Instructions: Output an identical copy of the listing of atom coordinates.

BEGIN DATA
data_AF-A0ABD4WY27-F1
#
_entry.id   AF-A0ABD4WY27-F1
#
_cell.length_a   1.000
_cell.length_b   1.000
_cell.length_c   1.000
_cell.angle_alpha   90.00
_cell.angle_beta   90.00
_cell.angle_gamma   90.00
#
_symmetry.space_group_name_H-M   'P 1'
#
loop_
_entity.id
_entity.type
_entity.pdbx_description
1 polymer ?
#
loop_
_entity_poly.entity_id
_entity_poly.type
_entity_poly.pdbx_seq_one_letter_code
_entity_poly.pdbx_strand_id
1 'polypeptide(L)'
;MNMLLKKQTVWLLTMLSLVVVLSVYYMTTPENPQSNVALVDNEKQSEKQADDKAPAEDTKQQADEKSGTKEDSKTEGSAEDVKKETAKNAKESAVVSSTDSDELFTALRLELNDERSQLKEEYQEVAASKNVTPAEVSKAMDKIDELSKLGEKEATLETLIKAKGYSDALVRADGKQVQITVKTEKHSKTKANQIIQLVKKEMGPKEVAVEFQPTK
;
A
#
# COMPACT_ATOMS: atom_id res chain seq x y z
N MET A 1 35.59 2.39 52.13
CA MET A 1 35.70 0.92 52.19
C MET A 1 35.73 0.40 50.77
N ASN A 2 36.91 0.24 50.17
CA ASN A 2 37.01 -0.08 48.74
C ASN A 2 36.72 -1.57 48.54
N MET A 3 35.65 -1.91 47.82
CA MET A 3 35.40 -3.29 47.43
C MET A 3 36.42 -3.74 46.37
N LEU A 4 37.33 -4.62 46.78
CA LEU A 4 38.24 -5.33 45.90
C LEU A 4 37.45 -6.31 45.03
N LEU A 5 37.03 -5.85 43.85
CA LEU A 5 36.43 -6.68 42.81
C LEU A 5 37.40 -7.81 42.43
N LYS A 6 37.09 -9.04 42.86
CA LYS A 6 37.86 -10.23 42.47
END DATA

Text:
data_AF-A0ABD4WY27-F1
#
_entry.id   AF-A0ABD4WY27-F1
#
_cell.length_a   1.000
_cell.length_b   1.000
_cell.length_c   1.000
_cell.angle_alpha   90.00
_cell.angle_beta   90.00
_cell.angle_gamma   90.00
#
_symmetry.space_group_name_H-M   'P 1'
#
loop_
_entity.id
_entity.type
_entity.pdbx_description
1 polymer ?
#
loop_
_entity_poly.entity_id
_entity_poly.type
_entity_poly.pdbx_seq_one_letter_code
_entity_poly.pdbx_strand_id
1 'polypeptide(L)'
;MNMLLKKQTVWLLTMLSLVVVLSVYYMTTPENPQSNVALVDNEKQSEKQADDKAPAEDTKQQADEKSGTKEDSKTEGSAEDVKKETAKNAKESAVVSSTDSDELFTALRLELNDERSQLKEEYQEVAASKNVTPAEVSKAMDKIDELSKLGEKEATLETLIKAKGYSDALVRADGKQVQITVKTEKHSKTKANQIIQLVKKEMGPKEVAVEFQPTK
;
A
#
# COMPACT_ATOMS: atom_id res chain seq x y z
N MET A 1 35.59 2.39 52.13
CA MET A 1 35.70 0.92 52.19
C MET A 1 35.73 0.40 50.77
N ASN A 2 36.91 0.24 50.17
CA ASN A 2 37.01 -0.08 48.74
C ASN A 2 36.72 -1.57 48.54
N MET A 3 35.65 -1.91 47.82
CA MET A 3 35.40 -3.29 47.43
C MET A 3 36.42 -3.74 46.37
N LEU A 4 37.33 -4.62 46.78
CA LEU A 4 38.24 -5.33 45.90
C LEU A 4 37.45 -6.31 45.03
N LEU A 5 37.03 -5.85 43.85
CA LEU A 5 36.43 -6.68 42.81
C LEU A 5 37.40 -7.81 42.43
N LYS A 6 37.09 -9.04 42.86
CA LYS A 6 37.86 -10.23 42.47